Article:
- The Solutions in This Chapter
- Challenges to Scaling
- Should You Scale Up?
- Scaling the Wrong Process
- The MAGE Framework
- The Product Backlog
- Team Organization
- Product Ownership
- Additional Roles
- Managing Dependencies
- Distributed and Dispersed Development
- What Good Looks Like
- Additional Reading
For large games, Releases establish a cadence that
Enable distant stakeholders to gather and discuss the progress
Enable teams to realign around upcoming Release goals
Provide regular checks on debt and the “shippability” of the game itself
As teams and studios improve, this cadence improves to the point where these things can occur far more frequently than once a release.
Chapter 9, “Agile Release Planning” describes Release Planning as
Establishing Big Hairy Audacious Goals (BHAGs) for the Release in an initial planning session
Capturing those goals in epic stories
Breaking out upcoming Sprint Goals from those epics (the Release plan) in regular Backlog refinement/Release Planning sessions
Larger teams use the same approach, but with the following changes:
The BHAGs and epic creation are not created by the entire team, but a subset of the team consisting of leads, stakeholders, and the Product Owner group.
The BHAGs are presented to the entire game group.
The breakout of the Release plan occurs at the team level.
These changes still allow each team to participate in the creation of the Release plan at the team level, which is great for building and evolving a shared vision.
Rolling Out the Release Plan
On larger projects, having the entire project staff attend the Release Planning meeting is sometimes impractical. In this case, only the Product Owner, domain experts, and discipline leads attend.
After Release Planning, the Product Owner presents, or rolls out, the Release plan to the entire project staff. The owner describes the BHAGs and Release plan and answers any questions raised. The project staff is then given the opportunity to organize themselves into Scrum teams that would best achieve the initial Sprint Goals in the plan.
The creation and conversation about the Release plan is an excellent place to examine the best team formations for achieving release goals. Depending on what level of self-organization the team practices, one of the following occurs:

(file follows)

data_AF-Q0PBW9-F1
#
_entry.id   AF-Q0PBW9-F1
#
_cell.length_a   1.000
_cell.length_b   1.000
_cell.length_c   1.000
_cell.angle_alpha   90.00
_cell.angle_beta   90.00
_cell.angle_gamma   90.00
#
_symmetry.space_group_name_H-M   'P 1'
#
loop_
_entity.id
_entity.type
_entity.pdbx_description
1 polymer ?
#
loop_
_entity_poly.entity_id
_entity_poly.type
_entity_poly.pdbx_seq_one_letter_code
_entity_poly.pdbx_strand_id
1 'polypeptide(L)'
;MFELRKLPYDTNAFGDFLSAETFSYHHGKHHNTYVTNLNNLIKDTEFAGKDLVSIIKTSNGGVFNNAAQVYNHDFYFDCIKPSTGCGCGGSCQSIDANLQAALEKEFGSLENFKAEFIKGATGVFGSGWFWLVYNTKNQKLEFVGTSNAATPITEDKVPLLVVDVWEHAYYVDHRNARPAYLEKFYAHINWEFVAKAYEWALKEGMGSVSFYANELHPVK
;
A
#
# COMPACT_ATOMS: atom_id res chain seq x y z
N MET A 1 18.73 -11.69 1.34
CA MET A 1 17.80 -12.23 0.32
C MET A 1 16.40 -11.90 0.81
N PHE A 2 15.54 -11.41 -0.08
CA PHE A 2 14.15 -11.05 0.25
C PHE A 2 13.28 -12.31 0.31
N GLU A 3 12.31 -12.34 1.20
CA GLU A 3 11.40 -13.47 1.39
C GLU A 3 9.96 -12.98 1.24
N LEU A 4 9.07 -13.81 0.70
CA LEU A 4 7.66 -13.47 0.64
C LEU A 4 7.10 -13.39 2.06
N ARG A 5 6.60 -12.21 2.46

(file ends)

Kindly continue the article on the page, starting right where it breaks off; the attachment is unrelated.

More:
Managers make team assignments from the available staff.
Senior team members have conversations about team makeup and recruit members of the team.
The entire game’s staff gathers and, after the Release is described, decides team formation on their own.
Between Sprints, teams can swap members as needed. Although keeping good teams together is best, you have to acknowledge reality. If you don’t plan any animation work in the next Sprint, let your animator help a team that does!
Updating the Release Plan
Large teams will often have two meetings to update the Release plan after each Sprint. The first meeting is among the members of the group that established the BHAGs to review the general direction of the game’s progress and any reprioritizations or respond to dependencies that have arisen.
The second Release Planning session is among the team and its Product Owner to refine their portion of the Release plan.
Using Project Boards
On larger teams, having a “big picture” view of the current progress is a useful tool. The project board shown in Figure 21.11 is an example of such a tool.
Figure 21.11 A project board
The board shows a 6- to 12-week Release plan, which consists of epic Product Backlog Items (PBIs) being worked on by three teams. Each team area shows the epics each team is currently working on, but not the task details. Each team manages that level of detail on its own board. The board also shows the current progress of the features going through acceptance testing and the ones deployed in the current Release.
A project board can be used to gather all teams working on the game or for a Scrum-of-Scrums meeting at whatever frequency they need to.